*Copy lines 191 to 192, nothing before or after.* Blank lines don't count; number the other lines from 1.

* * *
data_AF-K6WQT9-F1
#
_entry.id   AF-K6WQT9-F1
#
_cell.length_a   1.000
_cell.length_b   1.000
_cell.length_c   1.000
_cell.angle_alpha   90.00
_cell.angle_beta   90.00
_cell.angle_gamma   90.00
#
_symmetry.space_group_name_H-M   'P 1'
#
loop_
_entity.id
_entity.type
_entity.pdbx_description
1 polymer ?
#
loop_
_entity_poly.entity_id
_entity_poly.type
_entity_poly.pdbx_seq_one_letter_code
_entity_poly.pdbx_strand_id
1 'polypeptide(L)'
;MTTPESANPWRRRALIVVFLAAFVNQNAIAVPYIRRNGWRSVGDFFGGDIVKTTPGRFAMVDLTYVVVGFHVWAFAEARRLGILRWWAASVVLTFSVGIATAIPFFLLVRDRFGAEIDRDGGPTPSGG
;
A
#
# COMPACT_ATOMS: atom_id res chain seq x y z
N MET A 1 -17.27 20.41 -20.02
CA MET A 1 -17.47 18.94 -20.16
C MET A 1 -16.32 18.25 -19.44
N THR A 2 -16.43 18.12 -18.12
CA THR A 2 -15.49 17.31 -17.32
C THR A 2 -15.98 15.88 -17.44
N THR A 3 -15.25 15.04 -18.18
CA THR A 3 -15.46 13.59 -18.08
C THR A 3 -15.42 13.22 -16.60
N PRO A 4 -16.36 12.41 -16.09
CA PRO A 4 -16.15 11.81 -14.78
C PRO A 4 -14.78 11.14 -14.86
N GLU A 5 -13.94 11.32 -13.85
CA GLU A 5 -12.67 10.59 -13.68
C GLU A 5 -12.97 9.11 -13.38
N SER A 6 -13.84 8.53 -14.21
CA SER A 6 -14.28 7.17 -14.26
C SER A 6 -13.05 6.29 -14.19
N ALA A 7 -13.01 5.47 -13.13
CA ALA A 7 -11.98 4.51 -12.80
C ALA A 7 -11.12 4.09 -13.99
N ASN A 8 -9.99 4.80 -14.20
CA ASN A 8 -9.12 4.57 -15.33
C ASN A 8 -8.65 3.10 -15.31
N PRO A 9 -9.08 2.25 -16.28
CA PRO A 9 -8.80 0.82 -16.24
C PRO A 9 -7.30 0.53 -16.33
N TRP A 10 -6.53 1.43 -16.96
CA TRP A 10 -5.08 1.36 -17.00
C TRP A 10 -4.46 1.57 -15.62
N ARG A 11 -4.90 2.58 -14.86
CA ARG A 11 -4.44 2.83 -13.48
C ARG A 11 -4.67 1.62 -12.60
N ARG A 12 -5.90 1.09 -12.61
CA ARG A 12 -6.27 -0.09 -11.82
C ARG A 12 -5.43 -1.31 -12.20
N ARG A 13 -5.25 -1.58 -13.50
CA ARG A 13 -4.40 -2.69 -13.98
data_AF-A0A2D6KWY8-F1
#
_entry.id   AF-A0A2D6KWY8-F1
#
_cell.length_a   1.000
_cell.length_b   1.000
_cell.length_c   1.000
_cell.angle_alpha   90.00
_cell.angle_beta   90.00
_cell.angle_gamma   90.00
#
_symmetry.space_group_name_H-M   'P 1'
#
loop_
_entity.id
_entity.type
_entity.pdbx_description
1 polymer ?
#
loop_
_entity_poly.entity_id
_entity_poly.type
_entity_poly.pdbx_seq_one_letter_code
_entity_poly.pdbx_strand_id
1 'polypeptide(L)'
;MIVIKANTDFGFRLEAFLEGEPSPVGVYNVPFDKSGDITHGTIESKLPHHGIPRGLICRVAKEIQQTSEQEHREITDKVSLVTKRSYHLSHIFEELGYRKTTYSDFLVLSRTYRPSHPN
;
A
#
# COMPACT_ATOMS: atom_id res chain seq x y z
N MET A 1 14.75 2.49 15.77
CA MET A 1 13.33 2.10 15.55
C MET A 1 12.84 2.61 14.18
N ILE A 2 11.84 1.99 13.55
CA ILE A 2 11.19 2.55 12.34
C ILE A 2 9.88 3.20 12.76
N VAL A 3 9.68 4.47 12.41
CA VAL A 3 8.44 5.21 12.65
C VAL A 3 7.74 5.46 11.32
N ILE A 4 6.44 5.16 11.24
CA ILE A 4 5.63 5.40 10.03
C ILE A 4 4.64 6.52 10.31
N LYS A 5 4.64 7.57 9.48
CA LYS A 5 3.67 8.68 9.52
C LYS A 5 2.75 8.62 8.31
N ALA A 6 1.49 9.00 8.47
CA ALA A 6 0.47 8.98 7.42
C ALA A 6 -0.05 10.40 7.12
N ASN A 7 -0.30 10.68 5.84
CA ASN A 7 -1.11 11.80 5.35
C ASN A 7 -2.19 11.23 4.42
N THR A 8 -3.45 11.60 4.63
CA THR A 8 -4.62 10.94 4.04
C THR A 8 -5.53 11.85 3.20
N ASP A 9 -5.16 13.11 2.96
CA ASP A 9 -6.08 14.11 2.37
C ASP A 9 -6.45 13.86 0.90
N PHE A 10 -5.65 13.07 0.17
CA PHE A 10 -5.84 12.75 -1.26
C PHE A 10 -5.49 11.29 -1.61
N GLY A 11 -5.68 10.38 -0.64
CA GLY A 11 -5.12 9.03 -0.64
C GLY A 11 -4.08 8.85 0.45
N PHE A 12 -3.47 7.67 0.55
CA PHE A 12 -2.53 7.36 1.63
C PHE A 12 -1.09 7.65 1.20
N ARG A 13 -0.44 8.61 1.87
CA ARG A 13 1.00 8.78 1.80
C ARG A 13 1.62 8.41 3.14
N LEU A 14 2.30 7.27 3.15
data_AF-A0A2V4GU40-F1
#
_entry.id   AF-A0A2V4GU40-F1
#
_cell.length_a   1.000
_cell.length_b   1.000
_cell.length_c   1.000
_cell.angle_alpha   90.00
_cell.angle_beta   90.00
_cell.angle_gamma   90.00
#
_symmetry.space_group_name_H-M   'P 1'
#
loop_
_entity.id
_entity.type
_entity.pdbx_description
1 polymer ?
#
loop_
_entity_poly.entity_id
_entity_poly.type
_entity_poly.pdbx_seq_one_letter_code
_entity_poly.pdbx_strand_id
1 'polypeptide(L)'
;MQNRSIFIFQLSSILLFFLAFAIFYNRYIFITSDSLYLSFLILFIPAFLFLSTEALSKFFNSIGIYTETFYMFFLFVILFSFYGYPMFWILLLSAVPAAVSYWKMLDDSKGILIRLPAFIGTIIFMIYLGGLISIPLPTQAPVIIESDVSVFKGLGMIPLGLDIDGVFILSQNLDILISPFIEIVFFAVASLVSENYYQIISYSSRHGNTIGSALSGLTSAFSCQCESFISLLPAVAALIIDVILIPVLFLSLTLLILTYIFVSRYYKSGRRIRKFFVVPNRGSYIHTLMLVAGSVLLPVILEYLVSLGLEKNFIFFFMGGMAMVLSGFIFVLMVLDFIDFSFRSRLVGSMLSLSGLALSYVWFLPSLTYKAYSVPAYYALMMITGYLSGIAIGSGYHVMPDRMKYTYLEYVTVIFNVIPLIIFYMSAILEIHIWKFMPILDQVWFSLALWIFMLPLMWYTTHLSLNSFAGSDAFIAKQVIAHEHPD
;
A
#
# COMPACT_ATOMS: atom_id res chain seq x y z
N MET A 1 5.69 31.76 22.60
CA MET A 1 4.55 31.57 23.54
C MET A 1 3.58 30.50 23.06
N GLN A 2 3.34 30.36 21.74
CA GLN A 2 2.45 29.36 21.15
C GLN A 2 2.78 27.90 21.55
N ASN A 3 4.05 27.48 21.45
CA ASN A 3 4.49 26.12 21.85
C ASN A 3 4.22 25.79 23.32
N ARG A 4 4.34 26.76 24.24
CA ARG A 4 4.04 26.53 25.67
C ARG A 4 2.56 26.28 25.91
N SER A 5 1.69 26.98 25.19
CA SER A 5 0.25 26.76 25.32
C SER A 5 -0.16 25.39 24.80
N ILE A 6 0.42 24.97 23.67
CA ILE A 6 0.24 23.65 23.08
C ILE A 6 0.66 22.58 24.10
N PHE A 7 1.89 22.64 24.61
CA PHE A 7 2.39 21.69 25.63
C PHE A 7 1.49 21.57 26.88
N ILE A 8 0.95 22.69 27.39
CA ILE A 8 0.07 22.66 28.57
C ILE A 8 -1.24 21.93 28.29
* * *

CA ILE A 8 0.07 22.66 28.57
C ILE A 8 -1.24 21.93 28.29